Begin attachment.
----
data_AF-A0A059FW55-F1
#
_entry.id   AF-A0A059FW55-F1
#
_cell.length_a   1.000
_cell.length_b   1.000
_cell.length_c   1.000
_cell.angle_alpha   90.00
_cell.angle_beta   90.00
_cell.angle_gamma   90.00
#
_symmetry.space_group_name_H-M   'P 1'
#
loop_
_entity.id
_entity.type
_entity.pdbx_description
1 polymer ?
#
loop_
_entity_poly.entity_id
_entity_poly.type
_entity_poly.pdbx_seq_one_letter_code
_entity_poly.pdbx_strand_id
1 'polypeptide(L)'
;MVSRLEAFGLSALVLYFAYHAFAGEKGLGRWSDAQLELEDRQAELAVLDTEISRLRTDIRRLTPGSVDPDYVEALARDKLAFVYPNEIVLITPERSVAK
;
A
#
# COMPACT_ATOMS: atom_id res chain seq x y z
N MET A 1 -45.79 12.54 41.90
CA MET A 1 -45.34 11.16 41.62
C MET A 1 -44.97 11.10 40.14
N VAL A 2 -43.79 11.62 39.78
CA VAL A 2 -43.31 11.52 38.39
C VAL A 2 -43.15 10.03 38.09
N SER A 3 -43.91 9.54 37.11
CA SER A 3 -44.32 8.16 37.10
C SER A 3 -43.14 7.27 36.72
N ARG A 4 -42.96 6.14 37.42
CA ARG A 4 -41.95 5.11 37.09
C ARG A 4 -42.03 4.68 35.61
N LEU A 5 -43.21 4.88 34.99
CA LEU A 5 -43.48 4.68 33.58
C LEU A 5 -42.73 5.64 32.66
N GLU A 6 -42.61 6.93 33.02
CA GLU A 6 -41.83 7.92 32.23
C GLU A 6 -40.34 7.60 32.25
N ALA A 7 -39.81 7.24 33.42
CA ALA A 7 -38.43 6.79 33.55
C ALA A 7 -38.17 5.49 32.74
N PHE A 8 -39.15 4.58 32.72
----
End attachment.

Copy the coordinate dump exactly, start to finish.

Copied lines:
data_AF-A0A059FW55-F1
#
_entry.id   AF-A0A059FW55-F1
#
_cell.length_a   1.000
_cell.length_b   1.000
_cell.length_c   1.000
_cell.angle_alpha   90.00
_cell.angle_beta   90.00
_cell.angle_gamma   90.00
#
_symmetry.space_group_name_H-M   'P 1'
#
loop_
_entity.id
_entity.type
_entity.pdbx_description
1 polymer ?
#
loop_
_entity_poly.entity_id
_entity_poly.type
_entity_poly.pdbx_seq_one_letter_code
_entity_poly.pdbx_strand_id
1 'polypeptide(L)'
;MVSRLEAFGLSALVLYFAYHAFAGEKGLGRWSDAQLELEDRQAELAVLDTEISRLRTDIRRLTPGSVDPDYVEALARDKLAFVYPNEIVLITPERSVAK
;
A
#
# COMPACT_ATOMS: atom_id res chain seq x y z
N MET A 1 -45.79 12.54 41.90
CA MET A 1 -45.34 11.16 41.62
C MET A 1 -44.97 11.10 40.14
N VAL A 2 -43.79 11.62 39.78
CA VAL A 2 -43.31 11.52 38.39
C VAL A 2 -43.15 10.03 38.09
N SER A 3 -43.91 9.54 37.11
CA SER A 3 -44.32 8.16 37.10
C SER A 3 -43.14 7.27 36.72
N ARG A 4 -42.96 6.14 37.42
CA ARG A 4 -41.95 5.11 37.09
C ARG A 4 -42.03 4.68 35.61
N LEU A 5 -43.21 4.88 34.99
CA LEU A 5 -43.48 4.68 33.58
C LEU A 5 -42.73 5.64 32.66
N GLU A 6 -42.61 6.93 33.02
CA GLU A 6 -41.83 7.92 32.23
C GLU A 6 -40.34 7.60 32.25
N ALA A 7 -39.81 7.24 33.42
CA ALA A 7 -38.43 6.79 33.55
C ALA A 7 -38.17 5.49 32.74
N PHE A 8 -39.15 4.58 32.72